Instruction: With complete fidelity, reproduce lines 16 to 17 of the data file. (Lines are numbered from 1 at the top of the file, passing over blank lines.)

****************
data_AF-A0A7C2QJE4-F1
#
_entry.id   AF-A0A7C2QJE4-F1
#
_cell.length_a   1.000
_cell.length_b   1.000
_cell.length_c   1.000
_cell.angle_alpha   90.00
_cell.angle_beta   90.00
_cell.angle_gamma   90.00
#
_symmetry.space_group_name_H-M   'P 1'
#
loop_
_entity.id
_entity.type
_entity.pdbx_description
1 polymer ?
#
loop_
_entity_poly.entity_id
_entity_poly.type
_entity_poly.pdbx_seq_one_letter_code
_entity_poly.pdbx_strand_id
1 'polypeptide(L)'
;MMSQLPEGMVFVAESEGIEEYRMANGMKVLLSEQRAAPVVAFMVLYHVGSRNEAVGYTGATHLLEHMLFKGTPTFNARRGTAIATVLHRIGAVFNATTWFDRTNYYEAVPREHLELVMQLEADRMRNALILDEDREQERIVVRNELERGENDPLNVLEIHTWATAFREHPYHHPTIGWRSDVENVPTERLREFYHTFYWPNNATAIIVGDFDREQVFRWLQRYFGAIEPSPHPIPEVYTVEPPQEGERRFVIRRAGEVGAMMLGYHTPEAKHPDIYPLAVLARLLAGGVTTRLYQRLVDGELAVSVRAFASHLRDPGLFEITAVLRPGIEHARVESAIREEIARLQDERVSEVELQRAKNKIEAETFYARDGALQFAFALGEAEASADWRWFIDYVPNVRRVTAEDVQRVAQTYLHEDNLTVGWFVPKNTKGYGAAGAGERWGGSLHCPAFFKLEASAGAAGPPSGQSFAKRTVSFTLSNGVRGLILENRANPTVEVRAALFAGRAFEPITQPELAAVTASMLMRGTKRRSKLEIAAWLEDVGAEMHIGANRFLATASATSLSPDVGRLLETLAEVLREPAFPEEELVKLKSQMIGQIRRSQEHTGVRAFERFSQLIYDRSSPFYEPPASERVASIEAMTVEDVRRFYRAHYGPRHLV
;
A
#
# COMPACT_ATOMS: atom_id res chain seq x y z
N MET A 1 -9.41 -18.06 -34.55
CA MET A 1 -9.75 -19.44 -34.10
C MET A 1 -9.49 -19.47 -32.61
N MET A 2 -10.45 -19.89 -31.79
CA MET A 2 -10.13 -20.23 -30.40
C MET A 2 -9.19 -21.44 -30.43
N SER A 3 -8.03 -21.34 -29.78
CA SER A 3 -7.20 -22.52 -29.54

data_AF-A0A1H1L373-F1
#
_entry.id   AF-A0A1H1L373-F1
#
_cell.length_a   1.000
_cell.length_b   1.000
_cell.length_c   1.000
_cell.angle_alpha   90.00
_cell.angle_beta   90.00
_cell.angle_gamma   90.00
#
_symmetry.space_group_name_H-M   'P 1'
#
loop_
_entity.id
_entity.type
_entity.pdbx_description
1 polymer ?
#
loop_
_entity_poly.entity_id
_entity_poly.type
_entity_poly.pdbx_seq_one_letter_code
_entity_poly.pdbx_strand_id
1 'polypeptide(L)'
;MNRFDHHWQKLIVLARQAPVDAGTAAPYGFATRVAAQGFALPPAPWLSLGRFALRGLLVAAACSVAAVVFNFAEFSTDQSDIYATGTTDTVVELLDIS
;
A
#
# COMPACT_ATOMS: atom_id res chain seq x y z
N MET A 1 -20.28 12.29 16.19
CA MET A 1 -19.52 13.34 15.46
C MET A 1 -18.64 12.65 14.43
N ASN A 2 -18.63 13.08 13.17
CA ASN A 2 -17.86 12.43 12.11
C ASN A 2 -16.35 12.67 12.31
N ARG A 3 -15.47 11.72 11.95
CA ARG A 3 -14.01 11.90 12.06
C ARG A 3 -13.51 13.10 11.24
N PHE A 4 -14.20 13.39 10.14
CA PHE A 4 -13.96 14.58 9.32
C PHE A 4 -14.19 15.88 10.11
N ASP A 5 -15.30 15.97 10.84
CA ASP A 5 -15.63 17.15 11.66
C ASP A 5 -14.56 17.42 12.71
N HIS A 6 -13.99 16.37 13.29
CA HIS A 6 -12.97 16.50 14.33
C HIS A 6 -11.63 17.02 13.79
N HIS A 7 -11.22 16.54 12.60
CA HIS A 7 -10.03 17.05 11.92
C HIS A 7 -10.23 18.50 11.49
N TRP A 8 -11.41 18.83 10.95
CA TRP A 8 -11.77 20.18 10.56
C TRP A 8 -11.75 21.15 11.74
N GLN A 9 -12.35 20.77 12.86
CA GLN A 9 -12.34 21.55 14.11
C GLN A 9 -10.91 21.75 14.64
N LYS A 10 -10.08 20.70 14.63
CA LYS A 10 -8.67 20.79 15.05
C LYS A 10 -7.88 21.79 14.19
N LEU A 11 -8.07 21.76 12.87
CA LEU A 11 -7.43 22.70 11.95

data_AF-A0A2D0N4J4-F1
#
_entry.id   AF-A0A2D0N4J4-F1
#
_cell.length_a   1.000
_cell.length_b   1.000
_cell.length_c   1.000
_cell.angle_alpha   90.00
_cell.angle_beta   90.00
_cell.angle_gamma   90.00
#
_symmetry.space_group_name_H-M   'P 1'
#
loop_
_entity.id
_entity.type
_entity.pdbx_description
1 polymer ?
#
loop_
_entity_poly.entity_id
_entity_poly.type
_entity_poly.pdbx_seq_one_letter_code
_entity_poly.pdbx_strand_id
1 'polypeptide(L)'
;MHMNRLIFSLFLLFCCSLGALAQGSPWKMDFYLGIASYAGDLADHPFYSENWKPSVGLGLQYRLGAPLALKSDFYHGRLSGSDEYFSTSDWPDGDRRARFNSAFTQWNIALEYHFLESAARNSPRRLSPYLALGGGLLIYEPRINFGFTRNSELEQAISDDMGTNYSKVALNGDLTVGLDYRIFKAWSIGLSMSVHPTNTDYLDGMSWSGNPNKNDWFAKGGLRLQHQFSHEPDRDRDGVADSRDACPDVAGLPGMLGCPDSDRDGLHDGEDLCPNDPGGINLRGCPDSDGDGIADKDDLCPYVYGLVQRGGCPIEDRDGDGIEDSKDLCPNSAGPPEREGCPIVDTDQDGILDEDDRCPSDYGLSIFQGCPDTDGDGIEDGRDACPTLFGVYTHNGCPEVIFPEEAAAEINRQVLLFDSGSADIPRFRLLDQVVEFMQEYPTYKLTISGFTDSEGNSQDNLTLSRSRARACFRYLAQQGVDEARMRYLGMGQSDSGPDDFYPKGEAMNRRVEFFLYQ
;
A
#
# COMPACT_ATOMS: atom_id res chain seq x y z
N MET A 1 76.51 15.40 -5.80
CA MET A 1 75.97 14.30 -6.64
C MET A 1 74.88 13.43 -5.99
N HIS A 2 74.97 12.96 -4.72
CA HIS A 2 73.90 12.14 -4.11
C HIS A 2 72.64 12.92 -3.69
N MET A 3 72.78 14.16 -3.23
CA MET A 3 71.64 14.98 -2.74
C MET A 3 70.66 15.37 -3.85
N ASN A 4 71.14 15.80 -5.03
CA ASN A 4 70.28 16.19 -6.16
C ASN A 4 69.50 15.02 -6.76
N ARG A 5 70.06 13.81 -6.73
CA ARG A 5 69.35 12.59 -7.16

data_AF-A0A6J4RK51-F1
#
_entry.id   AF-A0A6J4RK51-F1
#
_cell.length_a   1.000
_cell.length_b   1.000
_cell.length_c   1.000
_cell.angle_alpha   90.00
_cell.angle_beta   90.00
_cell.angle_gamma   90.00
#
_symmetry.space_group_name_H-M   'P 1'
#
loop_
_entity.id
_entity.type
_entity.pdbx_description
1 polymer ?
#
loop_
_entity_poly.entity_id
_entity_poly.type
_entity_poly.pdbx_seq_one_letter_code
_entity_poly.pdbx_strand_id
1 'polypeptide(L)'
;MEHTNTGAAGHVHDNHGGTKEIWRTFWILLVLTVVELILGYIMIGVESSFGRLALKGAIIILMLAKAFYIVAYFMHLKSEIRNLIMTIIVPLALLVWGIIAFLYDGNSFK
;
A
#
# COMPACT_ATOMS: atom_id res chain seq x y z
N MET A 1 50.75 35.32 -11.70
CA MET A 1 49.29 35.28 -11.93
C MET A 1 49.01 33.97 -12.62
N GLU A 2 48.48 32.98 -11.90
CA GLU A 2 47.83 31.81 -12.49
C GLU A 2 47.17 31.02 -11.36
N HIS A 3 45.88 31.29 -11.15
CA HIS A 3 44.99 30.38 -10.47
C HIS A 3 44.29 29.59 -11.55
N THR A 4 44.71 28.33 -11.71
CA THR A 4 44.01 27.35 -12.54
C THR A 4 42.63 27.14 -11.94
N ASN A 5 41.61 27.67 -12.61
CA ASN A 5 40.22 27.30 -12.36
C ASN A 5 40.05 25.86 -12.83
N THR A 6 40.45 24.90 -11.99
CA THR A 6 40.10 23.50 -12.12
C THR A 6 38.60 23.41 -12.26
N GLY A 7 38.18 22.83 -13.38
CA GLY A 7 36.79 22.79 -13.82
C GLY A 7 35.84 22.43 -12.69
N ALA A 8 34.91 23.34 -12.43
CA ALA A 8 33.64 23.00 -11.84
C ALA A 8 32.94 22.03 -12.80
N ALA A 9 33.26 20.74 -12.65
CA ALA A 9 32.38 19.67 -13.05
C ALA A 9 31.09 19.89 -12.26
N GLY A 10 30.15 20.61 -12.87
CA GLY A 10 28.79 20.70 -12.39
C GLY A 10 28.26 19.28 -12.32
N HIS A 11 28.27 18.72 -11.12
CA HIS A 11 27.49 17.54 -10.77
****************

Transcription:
_entity.type
_entity.pdbx_description